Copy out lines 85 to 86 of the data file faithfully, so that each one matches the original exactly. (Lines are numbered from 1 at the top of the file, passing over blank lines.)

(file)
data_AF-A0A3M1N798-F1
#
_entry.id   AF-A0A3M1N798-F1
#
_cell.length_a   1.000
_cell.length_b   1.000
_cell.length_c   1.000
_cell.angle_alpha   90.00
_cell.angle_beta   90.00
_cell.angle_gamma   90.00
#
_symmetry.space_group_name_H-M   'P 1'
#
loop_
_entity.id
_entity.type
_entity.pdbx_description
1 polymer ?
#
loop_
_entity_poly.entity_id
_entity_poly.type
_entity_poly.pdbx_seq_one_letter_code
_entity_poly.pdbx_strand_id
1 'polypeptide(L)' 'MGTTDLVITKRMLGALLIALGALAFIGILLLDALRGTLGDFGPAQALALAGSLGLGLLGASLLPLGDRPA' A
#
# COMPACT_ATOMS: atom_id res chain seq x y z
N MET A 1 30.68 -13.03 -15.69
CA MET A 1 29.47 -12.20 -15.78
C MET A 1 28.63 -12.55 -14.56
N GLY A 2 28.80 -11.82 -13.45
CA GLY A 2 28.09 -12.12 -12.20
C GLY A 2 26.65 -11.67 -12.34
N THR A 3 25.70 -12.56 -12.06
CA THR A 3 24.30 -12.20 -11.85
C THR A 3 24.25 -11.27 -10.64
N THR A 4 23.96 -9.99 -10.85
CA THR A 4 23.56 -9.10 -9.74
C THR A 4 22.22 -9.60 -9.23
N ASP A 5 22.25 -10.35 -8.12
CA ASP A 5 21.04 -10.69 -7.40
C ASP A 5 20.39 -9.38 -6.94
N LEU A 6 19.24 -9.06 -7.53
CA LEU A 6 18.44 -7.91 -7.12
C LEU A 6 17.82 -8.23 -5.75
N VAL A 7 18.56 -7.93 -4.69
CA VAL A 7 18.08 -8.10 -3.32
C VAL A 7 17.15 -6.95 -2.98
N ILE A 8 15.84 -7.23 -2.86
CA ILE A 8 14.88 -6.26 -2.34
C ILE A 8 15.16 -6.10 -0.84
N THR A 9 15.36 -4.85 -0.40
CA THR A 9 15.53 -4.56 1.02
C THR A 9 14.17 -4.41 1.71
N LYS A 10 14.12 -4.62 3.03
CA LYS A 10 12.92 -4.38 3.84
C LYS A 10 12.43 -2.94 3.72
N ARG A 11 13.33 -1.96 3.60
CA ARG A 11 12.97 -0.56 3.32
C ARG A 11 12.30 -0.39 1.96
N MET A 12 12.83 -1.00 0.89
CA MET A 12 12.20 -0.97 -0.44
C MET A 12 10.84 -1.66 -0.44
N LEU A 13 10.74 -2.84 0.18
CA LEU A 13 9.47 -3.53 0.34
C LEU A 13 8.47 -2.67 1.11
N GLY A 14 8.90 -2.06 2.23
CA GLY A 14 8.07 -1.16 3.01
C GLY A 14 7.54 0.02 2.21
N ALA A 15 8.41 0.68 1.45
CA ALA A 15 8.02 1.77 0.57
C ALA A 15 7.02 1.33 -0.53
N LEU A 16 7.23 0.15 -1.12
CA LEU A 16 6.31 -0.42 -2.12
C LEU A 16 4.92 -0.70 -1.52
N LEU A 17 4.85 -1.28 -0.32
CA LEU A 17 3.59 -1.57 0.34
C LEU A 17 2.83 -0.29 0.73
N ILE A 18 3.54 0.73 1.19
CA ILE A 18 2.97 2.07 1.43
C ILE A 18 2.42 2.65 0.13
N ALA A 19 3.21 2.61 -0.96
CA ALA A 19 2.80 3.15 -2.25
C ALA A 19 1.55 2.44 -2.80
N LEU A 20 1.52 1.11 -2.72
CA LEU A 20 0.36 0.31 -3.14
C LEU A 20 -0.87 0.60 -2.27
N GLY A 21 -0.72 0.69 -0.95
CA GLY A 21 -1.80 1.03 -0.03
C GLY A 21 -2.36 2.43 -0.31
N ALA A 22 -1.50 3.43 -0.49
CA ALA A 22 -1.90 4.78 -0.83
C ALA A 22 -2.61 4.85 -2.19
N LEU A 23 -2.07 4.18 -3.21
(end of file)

N LEU A 20 1.52 1.11 -2.72
CA LEU A 20 0.36 0.31 -3.14